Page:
Just the week before, some bloke had tossed a cigarette out the car window, and before the sun had set, more than a hundred acres of bush had been scorched. Two national parks had been lost.
"Try this," he added, pulling a couple of peppermints from his back pocket. He tossed them to her and winked. "Anthem just needs a treat is all."
Heidi's smile turned lopsided. "Thanks, I should have thought of that myself."
"You will," he promised in the best fatherly voice he could find. "Just give it"
A blur of motion from the office complex snagged his attention. He squinted against the glare, bringing his office manager, Peggy, into view. She hurried toward him something she rarely did. In her midfifties, she was an air-conditioning kind of woman.
"time," he finished, pulling Midnight Magic to a stop. He swung his leg over the horse and handed the reins to one of the young groomsZach, Heidi's so-called "friend." "Cool him off," he instructed, already striding toward Peggy.
"Mr. Preston," she called as she always did, refusing to call him Tyler, as he'd asked her to a million or so times. She was a stickler for formality, a master at organization, and somehow kept the administrative side of the business running smoothly. "Your one o'clock is here."
Tyler glanced toward the parking area, where a shiny white convertible sat in the closest space. Looked as though he'd have to talk napkins after all.
"On my way," he said, veering toward the office building's shaded entrance. The first stones had been laid six years before, but the facility had only been completed the previous winter.
"But aren't you"
With Windbag trotting at his heels, Tyler stopped and pivoted, felt his mouth curve at the look of horror on Peggy's face. She was old enough to be his mother barelybut she almost never questioned him. And never, ever corrected him.
"Yes?" he prodded, trying not to laugh.
She bit down on her lip. "Nothing. I just thought well, she's a pretty thing. I thought maybe you'd want to clean up first."
Now he did laugh. Loudly. A pretty thing. It figured. His mother, his new sister-in-law, his office manager even Daniel's American wife. It seemed the women of Lochlain and the surrounding area had a bloody intense case of matchmaking fever.
"Freshen up?" Without cracking a smile, he glanced down at the damp white cotton pressed against his skin, his dusty jeans and mud-caked boots, then shot the dog a grin. "What? She thinks I might run the party planner off?"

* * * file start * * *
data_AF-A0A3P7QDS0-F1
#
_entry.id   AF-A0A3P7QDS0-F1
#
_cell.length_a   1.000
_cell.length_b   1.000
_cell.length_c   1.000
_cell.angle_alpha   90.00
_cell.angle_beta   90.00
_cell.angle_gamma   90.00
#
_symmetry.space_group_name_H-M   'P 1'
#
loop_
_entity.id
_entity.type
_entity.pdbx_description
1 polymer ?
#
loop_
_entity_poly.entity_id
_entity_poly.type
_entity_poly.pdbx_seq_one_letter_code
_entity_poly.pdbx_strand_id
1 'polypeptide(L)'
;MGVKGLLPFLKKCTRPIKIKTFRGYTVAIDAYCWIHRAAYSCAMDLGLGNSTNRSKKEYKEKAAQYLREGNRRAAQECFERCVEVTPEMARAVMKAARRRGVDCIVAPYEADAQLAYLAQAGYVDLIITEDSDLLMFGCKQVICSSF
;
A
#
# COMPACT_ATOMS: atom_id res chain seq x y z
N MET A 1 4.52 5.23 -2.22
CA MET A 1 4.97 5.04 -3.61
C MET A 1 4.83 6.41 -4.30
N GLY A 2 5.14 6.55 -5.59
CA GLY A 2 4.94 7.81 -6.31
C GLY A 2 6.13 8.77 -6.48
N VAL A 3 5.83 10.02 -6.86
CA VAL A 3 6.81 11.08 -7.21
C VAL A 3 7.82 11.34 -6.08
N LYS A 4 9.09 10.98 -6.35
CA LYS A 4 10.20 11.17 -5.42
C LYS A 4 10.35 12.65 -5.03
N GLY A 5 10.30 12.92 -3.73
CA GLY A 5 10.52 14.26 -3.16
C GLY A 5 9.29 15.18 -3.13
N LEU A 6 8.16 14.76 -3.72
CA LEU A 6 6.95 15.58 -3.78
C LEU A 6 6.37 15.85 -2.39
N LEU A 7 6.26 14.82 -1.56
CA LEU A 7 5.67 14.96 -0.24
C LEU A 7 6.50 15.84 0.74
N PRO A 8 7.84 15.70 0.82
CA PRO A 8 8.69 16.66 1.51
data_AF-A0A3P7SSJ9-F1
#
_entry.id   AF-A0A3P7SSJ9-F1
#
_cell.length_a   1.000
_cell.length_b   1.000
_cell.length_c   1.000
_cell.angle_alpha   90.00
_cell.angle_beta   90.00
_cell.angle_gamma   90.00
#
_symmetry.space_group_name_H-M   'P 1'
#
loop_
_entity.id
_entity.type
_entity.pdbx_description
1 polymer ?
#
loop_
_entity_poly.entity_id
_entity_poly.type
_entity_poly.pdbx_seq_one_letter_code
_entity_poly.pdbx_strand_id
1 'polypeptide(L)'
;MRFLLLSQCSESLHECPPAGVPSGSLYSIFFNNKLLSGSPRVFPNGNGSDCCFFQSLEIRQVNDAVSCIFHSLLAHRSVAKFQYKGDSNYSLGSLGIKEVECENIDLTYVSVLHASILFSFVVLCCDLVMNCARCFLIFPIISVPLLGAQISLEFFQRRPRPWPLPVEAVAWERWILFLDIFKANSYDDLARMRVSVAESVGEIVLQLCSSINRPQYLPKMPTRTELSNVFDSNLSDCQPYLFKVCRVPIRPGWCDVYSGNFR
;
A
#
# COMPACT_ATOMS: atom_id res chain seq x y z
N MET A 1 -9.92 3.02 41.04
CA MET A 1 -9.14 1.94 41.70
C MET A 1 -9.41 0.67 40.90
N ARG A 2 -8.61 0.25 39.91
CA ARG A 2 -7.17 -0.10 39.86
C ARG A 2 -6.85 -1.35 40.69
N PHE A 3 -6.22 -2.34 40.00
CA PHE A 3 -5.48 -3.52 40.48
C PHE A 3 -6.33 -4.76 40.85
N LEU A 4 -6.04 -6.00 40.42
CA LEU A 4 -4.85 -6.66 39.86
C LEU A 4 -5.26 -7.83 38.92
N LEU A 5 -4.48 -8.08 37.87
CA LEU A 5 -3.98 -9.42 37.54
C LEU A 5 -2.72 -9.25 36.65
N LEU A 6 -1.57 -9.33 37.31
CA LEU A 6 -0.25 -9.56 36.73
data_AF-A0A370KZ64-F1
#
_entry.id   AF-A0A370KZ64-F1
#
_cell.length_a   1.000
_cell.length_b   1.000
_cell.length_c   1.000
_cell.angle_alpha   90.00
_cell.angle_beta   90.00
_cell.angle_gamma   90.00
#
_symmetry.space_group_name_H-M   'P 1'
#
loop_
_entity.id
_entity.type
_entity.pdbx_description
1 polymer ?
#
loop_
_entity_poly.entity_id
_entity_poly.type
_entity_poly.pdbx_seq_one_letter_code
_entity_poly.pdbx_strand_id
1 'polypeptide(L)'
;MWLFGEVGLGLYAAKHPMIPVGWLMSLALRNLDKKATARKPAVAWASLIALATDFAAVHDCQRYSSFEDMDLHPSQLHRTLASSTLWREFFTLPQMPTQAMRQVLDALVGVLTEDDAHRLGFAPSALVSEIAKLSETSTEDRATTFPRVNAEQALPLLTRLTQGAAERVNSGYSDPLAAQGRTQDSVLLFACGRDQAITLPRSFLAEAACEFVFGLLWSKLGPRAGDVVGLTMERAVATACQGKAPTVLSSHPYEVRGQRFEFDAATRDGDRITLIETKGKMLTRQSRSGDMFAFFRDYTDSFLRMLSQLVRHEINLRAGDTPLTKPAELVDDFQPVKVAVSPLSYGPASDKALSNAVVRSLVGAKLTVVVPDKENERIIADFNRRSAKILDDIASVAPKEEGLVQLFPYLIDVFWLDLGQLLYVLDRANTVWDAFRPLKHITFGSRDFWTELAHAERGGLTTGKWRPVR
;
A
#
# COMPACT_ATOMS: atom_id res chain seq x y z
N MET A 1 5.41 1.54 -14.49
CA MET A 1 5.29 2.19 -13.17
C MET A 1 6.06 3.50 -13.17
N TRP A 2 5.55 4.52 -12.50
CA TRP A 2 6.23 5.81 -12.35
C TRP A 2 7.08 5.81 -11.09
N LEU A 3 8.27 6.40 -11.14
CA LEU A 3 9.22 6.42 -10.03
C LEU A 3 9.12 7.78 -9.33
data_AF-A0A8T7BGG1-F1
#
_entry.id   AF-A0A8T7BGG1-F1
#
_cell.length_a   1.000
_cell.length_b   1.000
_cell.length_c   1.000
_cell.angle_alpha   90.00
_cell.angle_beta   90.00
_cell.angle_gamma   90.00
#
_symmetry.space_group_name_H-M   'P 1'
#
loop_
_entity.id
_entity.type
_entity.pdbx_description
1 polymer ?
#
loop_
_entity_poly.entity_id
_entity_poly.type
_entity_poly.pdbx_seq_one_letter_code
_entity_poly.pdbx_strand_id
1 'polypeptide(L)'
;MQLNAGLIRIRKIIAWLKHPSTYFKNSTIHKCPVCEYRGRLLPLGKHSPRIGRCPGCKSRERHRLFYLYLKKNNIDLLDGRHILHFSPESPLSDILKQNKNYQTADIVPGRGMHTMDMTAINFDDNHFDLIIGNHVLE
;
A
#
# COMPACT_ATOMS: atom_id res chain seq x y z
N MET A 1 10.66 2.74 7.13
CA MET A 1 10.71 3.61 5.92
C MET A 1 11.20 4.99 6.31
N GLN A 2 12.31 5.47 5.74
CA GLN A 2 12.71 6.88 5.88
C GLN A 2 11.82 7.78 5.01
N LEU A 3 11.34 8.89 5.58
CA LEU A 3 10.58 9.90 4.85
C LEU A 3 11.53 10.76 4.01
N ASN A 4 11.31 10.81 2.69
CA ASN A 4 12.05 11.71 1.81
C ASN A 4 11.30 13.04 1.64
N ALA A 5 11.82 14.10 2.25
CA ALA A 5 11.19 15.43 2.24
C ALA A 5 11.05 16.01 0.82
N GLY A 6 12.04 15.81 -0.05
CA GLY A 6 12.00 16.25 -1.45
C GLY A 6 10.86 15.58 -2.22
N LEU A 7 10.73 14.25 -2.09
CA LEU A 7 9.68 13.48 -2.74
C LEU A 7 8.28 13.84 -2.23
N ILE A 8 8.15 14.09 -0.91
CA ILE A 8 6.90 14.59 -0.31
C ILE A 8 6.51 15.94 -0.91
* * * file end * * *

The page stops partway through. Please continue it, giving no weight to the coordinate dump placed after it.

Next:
Peggy had the good grace to flush. "Of course not I just thought "
"Right-oh," he said, adjusting the bush hat that had seen rain and heat and far better days. He knew what Peggy thought what they all thought. Thirty-four years old was well and past time for the Preston heir to settle down.
"No worries," he deadpanned with a quick rub of the old dog's head. "I'm sure Miss" He slipped off his sunglasses, but couldn't come up with Andrew's campaign manager's name. "I'm late enough as it is. I'm sure she'd rather get this over with than wait for me to shower."
Peggy sighed. "You make it sound like torture."
She knew him well. He wasn't a party kind of guy. He didn't do galas and benefits. He didn't do tuxedos or cologne. He only knew a Shiraz from a Chardonnay because his mother, daughter of a local vintner, had drilled it into her boys.
With his best trust-me smile, Tyler sent the dog off to play and strode toward the office.
Air-conditioning blasted him the second he walked inside. The scent of vanilla and sandalwood came next, courtesy of the cluster of candles Peggy kept on her desk. Just because she worked at a stable didn't mean she had to smell hay and manure all day, she insisted.
It was a modest building by comparison to the nearby Fairchild Acres, but with four offices, a file room, a video room and adjacent meeting room, plus a small lunchroom, the facility suited him. He'd left the decor to Peggy, who'd chosen the same dark woods and rustic furniture found in the main house a couple of hundred meters away.
With the thud of his boots against the hardwood floor drowning out the soft, new age music Peggy said created ambience, Tyler covered the distance to his office and pushed through the partially open door. He had less than twenty minutes to give her. Andrew had departed Sydney a little before noon. He'd return to the stud soon. They had business to discuss. Andrew needed to know about the recent threats. Any talk of the party
She had her back to him, but the gruff words Tyler had been about to offer stuck in his throat anyway. She stood there so unnaturally still, her posture boarding-school perfect, pale blond hair fastened behind her head in some sleek, elegant twist. A tidy cream suit hugged her willowy frame much too tightly considering the heat that baked the valley. She had to be burning
The scent slammed into him on a soft wave of air-conditioning, the unmistakable whisper of baby powder and rosesand everything inside of Tyler tightened.
Most Helpful Customer Reviews
Tyler Preston¿s dream of retuning his Lochlain Racing to its former glory has turned into a nightmare. He and his stable have been caught up in a thoroughbred doping scandal; leaving the reputations of both shattered.
Meanwhile his former lover, Darci Parnell manages the campaign for the International Thoroughbred Racing Federation presidency of Tyler¿s cousin Andrew. The sure shot has been damaged by Andrew¿s blood relationship to scandalized Tyler, cleverly used by opponent Jacko Bullock. Darci is in town for damage control. Still attracted to one another, an arson¿s fire in a barn kills a hand and placed the stable¿s top horse in danger. As Darci and Tyler work together to uncover who wants him destroyed, neither trusts the other with their heart.
DARCI¿S PRIDE is a terrific ¿special edition¿ of the Thoroughbred Legacy saga due to the lead couple. They were lovers whose relationship died a few years ago on the same night his stable almost perished; now they must trust one another to uncover the truth, but both holds the other culpable for what happened between them. Jenna Mills provides a strong character driven horse racing romance.